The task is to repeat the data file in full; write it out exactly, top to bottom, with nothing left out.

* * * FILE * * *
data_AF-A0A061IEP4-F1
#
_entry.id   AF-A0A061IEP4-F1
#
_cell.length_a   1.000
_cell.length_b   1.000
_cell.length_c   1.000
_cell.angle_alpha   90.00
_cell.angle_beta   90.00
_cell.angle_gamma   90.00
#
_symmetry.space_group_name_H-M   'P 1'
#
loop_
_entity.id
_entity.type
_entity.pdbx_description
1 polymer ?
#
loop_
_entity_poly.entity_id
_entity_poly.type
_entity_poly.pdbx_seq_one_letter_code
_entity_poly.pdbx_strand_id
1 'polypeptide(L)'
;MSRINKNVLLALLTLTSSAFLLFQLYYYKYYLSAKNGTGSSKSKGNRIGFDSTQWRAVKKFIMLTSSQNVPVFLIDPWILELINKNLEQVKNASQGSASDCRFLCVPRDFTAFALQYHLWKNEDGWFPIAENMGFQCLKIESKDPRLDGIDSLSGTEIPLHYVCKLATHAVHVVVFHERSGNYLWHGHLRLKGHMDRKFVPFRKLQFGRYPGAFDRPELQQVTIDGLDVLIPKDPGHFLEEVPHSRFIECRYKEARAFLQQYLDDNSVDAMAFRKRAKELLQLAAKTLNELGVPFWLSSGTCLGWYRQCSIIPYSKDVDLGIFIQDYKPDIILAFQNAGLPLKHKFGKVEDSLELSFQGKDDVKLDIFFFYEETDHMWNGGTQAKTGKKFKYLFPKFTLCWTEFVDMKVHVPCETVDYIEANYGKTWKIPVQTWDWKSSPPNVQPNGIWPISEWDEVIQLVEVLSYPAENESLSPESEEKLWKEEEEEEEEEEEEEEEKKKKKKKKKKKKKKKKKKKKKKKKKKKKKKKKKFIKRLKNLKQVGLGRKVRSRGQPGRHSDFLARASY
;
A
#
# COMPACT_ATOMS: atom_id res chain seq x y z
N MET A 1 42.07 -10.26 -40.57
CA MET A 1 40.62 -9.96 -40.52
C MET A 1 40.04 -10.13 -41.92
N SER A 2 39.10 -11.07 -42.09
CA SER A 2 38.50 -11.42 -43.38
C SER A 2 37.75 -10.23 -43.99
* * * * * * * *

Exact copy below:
data_AF-A0A061IEP4-F1
#
_entry.id   AF-A0A061IEP4-F1
#
_cell.length_a   1.000
_cell.length_b   1.000
_cell.length_c   1.000
_cell.angle_alpha   90.00
_cell.angle_beta   90.00
_cell.angle_gamma   90.00
#
_symmetry.space_group_name_H-M   'P 1'
#
loop_
_entity.id
_entity.type
_entity.pdbx_description
1 polymer ?
#
loop_
_entity_poly.entity_id
_entity_poly.type
_entity_poly.pdbx_seq_one_letter_code
_entity_poly.pdbx_strand_id
1 'polypeptide(L)'
;MSRINKNVLLALLTLTSSAFLLFQLYYYKYYLSAKNGTGSSKSKGNRIGFDSTQWRAVKKFIMLTSSQNVPVFLIDPWILELINKNLEQVKNASQGSASDCRFLCVPRDFTAFALQYHLWKNEDGWFPIAENMGFQCLKIESKDPRLDGIDSLSGTEIPLHYVCKLATHAVHVVVFHERSGNYLWHGHLRLKGHMDRKFVPFRKLQFGRYPGAFDRPELQQVTIDGLDVLIPKDPGHFLEEVPHSRFIECRYKEARAFLQQYLDDNSVDAMAFRKRAKELLQLAAKTLNELGVPFWLSSGTCLGWYRQCSIIPYSKDVDLGIFIQDYKPDIILAFQNAGLPLKHKFGKVEDSLELSFQGKDDVKLDIFFFYEETDHMWNGGTQAKTGKKFKYLFPKFTLCWTEFVDMKVHVPCETVDYIEANYGKTWKIPVQTWDWKSSPPNVQPNGIWPISEWDEVIQLVEVLSYPAENESLSPESEEKLWKEEEEEEEEEEEEEEEKKKKKKKKKKKKKKKKKKKKKKKKKKKKKKKKKFIKRLKNLKQVGLGRKVRSRGQPGRHSDFLARASY
;
A
#
# COMPACT_ATOMS: atom_id res chain seq x y z
N MET A 1 42.07 -10.26 -40.57
CA MET A 1 40.62 -9.96 -40.52
C MET A 1 40.04 -10.13 -41.92
N SER A 2 39.10 -11.07 -42.09
CA SER A 2 38.50 -11.42 -43.38
C SER A 2 37.75 -10.23 -43.99